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Who Gets the Home?
In most cases, a divorcing couple considers their marital home to be their biggest asset - and the marital home continues to be one issue that is often contested. So how does a Florida divorce judge decide who gets to keep the home?
What is Best for the Children?
When deciding on which spouse is to keep the marital home, one factor to take into consideration is the children and what is best for them. Generally, the custodial parent is awarded the exclusive possession and use of the marital home, at least until the children become emancipated.
Who Left the Marital Home First?
Often when the couple can afford to do so, one spouse leaves the marital home and stays elsewhere. This scenario can create the impression that the spouse who has moved out does not want the marital home, and that he or she is financially capable to help pay the mortgage on the marital home and the rent for his or her new home.
If, however, there is animosity between the two parties and the environment is unhealthy for the rest of the family, then the wisest decision would be for one spouse to leave the marital home.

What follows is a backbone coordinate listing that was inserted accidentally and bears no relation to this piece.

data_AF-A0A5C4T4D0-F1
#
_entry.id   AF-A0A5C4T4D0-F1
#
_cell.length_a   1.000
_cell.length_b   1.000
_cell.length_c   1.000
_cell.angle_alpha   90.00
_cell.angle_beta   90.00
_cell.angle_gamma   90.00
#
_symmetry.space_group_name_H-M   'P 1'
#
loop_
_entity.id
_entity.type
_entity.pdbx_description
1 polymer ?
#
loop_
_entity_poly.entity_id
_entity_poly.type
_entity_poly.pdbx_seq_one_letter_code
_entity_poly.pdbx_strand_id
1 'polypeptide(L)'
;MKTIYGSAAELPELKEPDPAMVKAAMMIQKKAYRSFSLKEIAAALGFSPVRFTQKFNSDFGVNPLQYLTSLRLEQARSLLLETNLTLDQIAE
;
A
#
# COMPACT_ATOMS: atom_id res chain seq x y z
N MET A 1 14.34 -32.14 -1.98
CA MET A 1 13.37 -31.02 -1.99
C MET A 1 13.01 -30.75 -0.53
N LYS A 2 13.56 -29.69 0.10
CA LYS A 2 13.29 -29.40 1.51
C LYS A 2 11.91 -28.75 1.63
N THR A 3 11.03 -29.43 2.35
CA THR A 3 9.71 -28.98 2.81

What if Both Parties Cannot Afford the Marital Home?
It does happen that neither party can afford to keep and maintain the marital home. When the home seems more like a liability than an asset, here are two of the options to be considered:
There is no clear-cut rule as to who gets the marital home. The decision is based on factors such as the parent with primary custody of the children, the financial interest of both parties, and perhaps even who continues to live in the home throughout the divorce process.
Florida requires an equitable distribution of the marital property (what is fair, not necessarily equal). Each spouse keeps the property and debts that belonged to them before the marriage. Each spouse also keeps any property received as a gift or inheritance, or any property that the spouses agree to divide in a written agreement. Any property that was acquired before the spouses married or that was received as a gift or inheritance is not considered marital property. If the spouses cannot come to an agreement, a court will divide the property and the debt.
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"A Plain English Guide to Protecting Your Children"
Author: Mary L. Boland, Attorney at Law
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